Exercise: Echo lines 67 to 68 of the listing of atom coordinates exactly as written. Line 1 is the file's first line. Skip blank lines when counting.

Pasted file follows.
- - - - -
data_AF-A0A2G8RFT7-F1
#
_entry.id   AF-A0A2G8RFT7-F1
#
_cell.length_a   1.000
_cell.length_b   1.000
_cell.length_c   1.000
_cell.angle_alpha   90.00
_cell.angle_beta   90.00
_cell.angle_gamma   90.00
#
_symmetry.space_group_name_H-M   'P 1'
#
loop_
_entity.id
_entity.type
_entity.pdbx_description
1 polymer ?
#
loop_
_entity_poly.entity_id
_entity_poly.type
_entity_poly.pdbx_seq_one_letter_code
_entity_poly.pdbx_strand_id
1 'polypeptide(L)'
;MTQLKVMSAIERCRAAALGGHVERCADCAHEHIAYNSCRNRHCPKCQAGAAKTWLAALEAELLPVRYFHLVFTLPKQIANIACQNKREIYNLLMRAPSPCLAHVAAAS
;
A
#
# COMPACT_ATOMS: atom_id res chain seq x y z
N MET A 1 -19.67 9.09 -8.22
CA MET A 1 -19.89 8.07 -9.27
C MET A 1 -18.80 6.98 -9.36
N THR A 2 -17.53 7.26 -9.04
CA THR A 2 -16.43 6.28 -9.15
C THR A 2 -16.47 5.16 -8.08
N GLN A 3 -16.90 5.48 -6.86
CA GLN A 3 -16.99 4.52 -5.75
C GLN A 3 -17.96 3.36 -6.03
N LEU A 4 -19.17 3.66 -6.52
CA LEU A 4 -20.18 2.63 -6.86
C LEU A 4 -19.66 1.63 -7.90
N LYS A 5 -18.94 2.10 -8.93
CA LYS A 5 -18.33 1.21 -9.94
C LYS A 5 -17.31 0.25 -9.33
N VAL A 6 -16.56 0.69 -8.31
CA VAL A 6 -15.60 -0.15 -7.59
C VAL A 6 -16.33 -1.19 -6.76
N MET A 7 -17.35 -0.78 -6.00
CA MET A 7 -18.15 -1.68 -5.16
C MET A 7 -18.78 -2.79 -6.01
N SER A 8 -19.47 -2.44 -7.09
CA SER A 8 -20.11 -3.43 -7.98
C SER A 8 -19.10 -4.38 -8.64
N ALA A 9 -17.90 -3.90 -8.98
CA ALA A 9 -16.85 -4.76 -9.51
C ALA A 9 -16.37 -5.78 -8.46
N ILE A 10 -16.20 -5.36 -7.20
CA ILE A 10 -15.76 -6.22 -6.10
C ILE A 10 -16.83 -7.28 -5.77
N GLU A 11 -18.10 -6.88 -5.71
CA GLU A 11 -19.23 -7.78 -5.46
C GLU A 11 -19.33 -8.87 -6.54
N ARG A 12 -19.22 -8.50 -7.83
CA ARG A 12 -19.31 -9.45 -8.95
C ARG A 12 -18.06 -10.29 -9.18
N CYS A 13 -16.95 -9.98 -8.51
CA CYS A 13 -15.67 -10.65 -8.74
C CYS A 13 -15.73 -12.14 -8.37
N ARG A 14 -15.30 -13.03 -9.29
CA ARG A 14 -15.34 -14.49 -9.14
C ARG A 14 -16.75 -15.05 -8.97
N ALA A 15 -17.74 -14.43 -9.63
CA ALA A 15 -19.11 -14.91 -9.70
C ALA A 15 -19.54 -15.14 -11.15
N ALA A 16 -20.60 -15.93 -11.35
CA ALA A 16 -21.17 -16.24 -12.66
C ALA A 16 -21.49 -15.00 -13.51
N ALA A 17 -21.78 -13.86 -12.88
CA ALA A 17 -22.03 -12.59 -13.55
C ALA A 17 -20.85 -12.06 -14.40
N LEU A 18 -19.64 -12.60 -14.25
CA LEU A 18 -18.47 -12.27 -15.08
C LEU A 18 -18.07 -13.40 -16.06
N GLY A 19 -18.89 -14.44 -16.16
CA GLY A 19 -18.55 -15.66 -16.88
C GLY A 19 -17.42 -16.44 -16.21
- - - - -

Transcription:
N CYS A 13 -16.95 -9.98 -8.51
CA CYS A 13 -15.67 -10.65 -8.74